I slunk away, red-faced, out of the airport.

So, having lived through severe embarrassment, and with some life experience under my belt, I’m here to help you hit the ground looking like a pro.

Leave the rice cooker at home.

Odds are, you’re not going to a backward nation where everything is expensive or unavailable. I keep talking about a rice cooker because I’ll never forget a friend of mine telling me that not only are rice cookers hard to find in Australia, they cost DOUBLE (his emphasis, not mine). Bollocks. Almost everything you could possibly need can be found where you’re going, possibly at the same price too. In fact, when I got to Australia, I found that CDs, DVDs, PC parts, among other things, were actually cheaper in Australia. Yes, I did find a rice cooker too.

Australia has strict quarantine restrictions. Best to check before you pack any foodstuff. Photo: Aun Ngo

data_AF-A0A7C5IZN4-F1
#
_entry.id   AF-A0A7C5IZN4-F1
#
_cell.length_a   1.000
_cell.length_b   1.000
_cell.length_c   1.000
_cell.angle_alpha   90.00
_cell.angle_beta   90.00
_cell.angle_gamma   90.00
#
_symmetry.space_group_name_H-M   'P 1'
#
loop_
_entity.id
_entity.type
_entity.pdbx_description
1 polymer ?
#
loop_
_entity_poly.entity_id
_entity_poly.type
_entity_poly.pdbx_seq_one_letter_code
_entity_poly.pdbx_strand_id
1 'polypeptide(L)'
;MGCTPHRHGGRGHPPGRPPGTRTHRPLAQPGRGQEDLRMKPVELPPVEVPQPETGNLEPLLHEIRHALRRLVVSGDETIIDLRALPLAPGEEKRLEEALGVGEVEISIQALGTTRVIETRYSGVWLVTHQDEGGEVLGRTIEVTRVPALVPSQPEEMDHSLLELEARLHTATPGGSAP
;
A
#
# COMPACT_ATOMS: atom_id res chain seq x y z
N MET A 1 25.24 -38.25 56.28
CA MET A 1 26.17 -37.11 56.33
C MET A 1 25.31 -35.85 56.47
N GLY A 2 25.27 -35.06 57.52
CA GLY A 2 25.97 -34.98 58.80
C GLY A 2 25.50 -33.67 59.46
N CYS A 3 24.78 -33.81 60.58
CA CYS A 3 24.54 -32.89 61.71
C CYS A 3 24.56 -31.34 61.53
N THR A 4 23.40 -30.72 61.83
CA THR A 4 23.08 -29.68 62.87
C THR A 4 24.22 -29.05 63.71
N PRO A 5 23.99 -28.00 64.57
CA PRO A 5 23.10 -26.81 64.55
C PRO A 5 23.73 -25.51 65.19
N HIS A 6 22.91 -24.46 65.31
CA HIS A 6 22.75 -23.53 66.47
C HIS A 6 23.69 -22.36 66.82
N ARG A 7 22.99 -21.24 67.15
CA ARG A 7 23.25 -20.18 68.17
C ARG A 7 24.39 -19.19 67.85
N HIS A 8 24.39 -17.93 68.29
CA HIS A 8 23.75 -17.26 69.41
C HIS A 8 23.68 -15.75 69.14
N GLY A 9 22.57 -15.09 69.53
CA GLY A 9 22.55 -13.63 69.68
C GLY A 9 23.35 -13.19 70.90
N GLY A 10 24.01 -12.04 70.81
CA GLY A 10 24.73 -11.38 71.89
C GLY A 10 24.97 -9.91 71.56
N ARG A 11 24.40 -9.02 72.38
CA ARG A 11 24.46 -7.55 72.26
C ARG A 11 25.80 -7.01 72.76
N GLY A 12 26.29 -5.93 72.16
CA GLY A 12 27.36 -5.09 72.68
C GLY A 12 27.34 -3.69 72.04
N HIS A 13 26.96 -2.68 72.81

Food. Don’t bring any.

Some countries such as Australia are notorious for what you can or cannot take into the country. I know that mum wants you to boil her favourite soup with gingko/ginseng/goji/insert weird herb here. But the customs officer at the airport isn’t quite as concerned about your health. Why bother with the hassle of bringing in your favourite foods? There are plenty of speciality grocers where you’ll find what you need.  Chinese, Japanese, Vietnamese, Korean, Italian, Greek, Indian etc. In fact, you actually find a better variety of food in Australia that you do back home! That includes weird herbs.

Go on, have a little fun!

I was actually quite alarmed when a friend of mine told me that she didn’t know how to get to Brunswick St in Melbourne. She lived in the city, 10 minutes away from one of Melbourne’s most-famous streets. And she had never been there in the year she had been in Melbourne. Yes, the primary reason for going overseas is to study. But as the cliché goes, “all work but no play makes Jack a dull boy”. Think of your time overseas as one big study/holiday.